People v. Gutierrez, B275509

CourtCalifornia Court of Appeals
Writing for the CourtPERLUSS, P. J.
Citation20 Cal.App.5th 847,229 Cal.Rptr.3d 531
Parties The PEOPLE, Plaintiff and Respondent, v. Mitchell Alejandro GUTIERREZ, Defendant and Appellant.
Decision Date26 February 2018
Docket NumberB275509

20 Cal.App.5th 847
229 Cal.Rptr.3d 531

The PEOPLE, Plaintiff and Respondent,
v.
Mitchell Alejandro GUTIERREZ, Defendant and Appellant.

B275509

Court of Appeal, Second District, Division 7, California.

Filed February 26, 2018


Elana Goldstein, Los Angeles, under appointment by the Court of Appeal, for Defendant and Appellant.

Xavier Becerra, Attorney General, Gerald A. Engler, Chief Assistant Attorney General, Lance E. Winters, Senior Assistant Attorney General, Steven D. Matthews, Mary Sanchez, Ryan M. Smith, and Noah P. Hill, Deputy Attorneys General, for Plaintiff and Respondent.

PERLUSS, P. J.

20 Cal.App.5th 849

Mitchell Alejandro Gutierrez appeals from the judgment entered after a jury convicted him of fleeing a police officer while driving recklessly, unlawful driving or taking a vehicle, driving under the influence of alcohol and hit-and-run driving. Gutierrez contends he was improperly convicted of felony vehicle theft and the offense should be reduced to a misdemeanor. He also contends the trial court committed prejudicial error by admitting evidence of his prior conviction for unlawful driving or taking a vehicle. Finally, Gutierrez asks us to review the sealed transcripts of the hearing regarding disclosure of the personnel file of the police officer involved in his pursuit and arrest to determine whether the court abused its discretion when it concluded there were no discoverable materials.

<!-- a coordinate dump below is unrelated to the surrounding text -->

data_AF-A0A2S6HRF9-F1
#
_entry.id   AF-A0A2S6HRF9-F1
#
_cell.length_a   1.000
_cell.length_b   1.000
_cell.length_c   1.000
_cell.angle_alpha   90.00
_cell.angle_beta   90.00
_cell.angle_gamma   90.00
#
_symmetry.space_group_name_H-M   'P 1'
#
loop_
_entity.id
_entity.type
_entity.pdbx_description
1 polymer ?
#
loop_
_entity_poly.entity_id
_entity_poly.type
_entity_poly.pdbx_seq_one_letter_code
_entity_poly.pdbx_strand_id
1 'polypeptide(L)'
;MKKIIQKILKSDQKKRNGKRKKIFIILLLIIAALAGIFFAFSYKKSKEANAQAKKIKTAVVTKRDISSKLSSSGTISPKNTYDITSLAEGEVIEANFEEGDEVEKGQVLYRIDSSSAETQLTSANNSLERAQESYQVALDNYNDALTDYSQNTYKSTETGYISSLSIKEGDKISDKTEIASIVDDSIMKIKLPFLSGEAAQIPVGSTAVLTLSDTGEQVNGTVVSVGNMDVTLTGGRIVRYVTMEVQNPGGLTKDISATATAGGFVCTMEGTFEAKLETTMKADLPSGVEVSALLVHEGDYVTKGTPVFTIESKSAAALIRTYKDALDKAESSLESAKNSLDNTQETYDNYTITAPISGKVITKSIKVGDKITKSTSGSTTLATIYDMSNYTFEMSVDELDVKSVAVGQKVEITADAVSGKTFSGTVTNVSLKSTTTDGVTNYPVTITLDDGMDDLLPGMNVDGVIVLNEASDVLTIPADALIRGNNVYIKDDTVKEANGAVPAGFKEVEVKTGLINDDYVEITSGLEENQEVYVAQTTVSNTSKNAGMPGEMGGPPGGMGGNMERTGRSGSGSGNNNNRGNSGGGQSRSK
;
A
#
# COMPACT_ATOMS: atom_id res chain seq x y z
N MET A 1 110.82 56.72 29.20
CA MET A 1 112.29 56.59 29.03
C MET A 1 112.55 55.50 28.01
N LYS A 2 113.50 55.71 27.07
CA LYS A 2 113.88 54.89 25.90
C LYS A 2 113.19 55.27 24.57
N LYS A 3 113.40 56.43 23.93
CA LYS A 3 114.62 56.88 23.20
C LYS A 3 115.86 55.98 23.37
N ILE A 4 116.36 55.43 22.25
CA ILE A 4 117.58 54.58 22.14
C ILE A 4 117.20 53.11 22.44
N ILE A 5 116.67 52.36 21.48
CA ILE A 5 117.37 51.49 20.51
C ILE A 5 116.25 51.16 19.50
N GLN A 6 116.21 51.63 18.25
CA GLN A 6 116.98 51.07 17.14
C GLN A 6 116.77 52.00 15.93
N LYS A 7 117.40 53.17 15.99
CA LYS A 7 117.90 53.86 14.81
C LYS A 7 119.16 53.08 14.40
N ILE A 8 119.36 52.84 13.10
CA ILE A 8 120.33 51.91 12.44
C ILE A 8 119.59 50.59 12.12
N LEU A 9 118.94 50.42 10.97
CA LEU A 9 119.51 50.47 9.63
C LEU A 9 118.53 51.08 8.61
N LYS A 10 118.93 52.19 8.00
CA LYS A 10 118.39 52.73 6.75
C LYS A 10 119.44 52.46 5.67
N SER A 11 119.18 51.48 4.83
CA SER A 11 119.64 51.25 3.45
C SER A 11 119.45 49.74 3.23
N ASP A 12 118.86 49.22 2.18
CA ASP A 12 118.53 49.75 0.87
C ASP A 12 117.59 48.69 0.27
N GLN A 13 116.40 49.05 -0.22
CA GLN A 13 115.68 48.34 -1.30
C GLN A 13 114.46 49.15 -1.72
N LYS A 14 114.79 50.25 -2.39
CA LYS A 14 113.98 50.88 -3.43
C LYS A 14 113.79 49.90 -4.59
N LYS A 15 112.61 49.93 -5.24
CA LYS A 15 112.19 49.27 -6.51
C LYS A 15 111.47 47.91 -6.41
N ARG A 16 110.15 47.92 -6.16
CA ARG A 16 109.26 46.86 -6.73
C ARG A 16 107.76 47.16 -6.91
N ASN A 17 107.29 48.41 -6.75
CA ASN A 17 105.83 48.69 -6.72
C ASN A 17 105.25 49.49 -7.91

We reverse Gutierrez's felony conviction for unlawful driving or taking a vehicle (count 2), vacate his sentence in its entirety and remand for retrial on that count or resentencing. On remand the People will have the election of accepting a reduction of the felony conviction on count 2 to a misdemeanor or retrying count 2 as a felony. In all other respects we affirm Gutierrez's convictions.

FACTUAL AND PROCEDURAL BACKGROUND

1. The Information

Gutierrez was charged in an information with felony counts for fleeing a pursuing

229 Cal.Rptr.3d 534

police officer while driving recklessly ( Veh. Code, § 2800.2 )1 (count 1) and driving or taking a vehicle without the owner's consent after a prior conviction for the same or similar offense (§ 10851; Pen. Code, § 666.5 ) (count 2) and misdemeanor counts for driving under the influence (DUI) of alcohol within 10 years of two other DUI offenses (§§ 23152, subd. (a), 23546) (count 3), driving with a blood alcohol content greater than or equal to .08% within 10 years of another DUI offense (§§ 23152, subd. (b), 23540) (count 4) and hit-and-run driving resulting in property damage (§ 20002, subd. (a)) (count 5). It was specially alleged as to count 2 that Gutierrez had previously been convicted of a felony violation of section 10851 and as to counts 3 and 4 that he had previously been convicted of one

20 Cal.App.5th 850

violation of section 23103, subdivision (a) (reckless driving), and one violation of section 23152, subdivision (b). Gutierrez pleaded not guilty and denied the special allegations.

2. Evidence at Trial

In June 2015 Gutierrez was in a relationship with Jorgann Gonzalez.2 Gutierrez routinely drove Gonzalez's car, often taking her to work in the morning, keeping the car during the day, and picking her up in the evening. In early June 2015 Gonzalez was in a car accident, and her car was damaged. Her father rented a Nissan Altima for her to drive while her car was being repaired. Gonzalez was listed as an authorized driver on the car rental agreement. Gutierrez was not.

On the morning of June 26, 2015 Gutierrez drove Gonzalez to a doctor's appointment in the rental car. After the appointment the couple spent the day at Gutierrez's house. Around 6 p.m. Gutierrez told Gonzalez he was leaving and would return later. Approximately 30 minutes later Gonzalez realized the rental car keys were not in her purse where she had left them and the car was gone. Gonzalez called Gutierrez and told him to bring the car back. He said he would.